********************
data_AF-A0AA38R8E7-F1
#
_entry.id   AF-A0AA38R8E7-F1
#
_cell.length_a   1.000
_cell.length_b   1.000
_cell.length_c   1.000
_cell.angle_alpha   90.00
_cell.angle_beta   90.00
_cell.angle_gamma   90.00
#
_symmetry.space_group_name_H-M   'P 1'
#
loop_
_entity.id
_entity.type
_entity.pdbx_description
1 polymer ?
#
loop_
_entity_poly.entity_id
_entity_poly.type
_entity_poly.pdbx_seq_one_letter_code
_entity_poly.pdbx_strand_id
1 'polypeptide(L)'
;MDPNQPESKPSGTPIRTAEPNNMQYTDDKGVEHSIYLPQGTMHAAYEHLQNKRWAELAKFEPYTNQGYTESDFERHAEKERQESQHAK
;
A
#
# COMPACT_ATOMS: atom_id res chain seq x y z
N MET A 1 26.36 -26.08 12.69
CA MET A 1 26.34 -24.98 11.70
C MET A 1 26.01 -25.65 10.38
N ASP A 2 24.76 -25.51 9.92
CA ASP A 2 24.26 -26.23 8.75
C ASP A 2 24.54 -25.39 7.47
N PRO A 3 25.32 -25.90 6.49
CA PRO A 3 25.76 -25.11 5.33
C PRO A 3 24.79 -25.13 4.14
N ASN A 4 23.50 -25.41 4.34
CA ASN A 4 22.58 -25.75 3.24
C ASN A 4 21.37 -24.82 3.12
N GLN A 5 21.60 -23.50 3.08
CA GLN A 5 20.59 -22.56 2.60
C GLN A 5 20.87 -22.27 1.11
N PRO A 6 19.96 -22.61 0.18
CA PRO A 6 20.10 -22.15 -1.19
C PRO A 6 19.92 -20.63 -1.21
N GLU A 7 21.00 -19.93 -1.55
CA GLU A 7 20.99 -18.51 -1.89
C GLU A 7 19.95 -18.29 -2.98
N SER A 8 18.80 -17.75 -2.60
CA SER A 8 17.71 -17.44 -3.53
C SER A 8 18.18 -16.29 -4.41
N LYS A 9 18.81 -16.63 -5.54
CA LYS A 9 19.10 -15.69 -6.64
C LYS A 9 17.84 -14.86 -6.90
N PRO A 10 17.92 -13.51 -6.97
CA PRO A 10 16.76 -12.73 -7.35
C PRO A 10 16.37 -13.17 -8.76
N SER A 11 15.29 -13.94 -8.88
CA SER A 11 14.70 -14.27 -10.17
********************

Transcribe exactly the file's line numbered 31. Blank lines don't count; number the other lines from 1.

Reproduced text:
N MET A 1 26.36 -26.08 12.69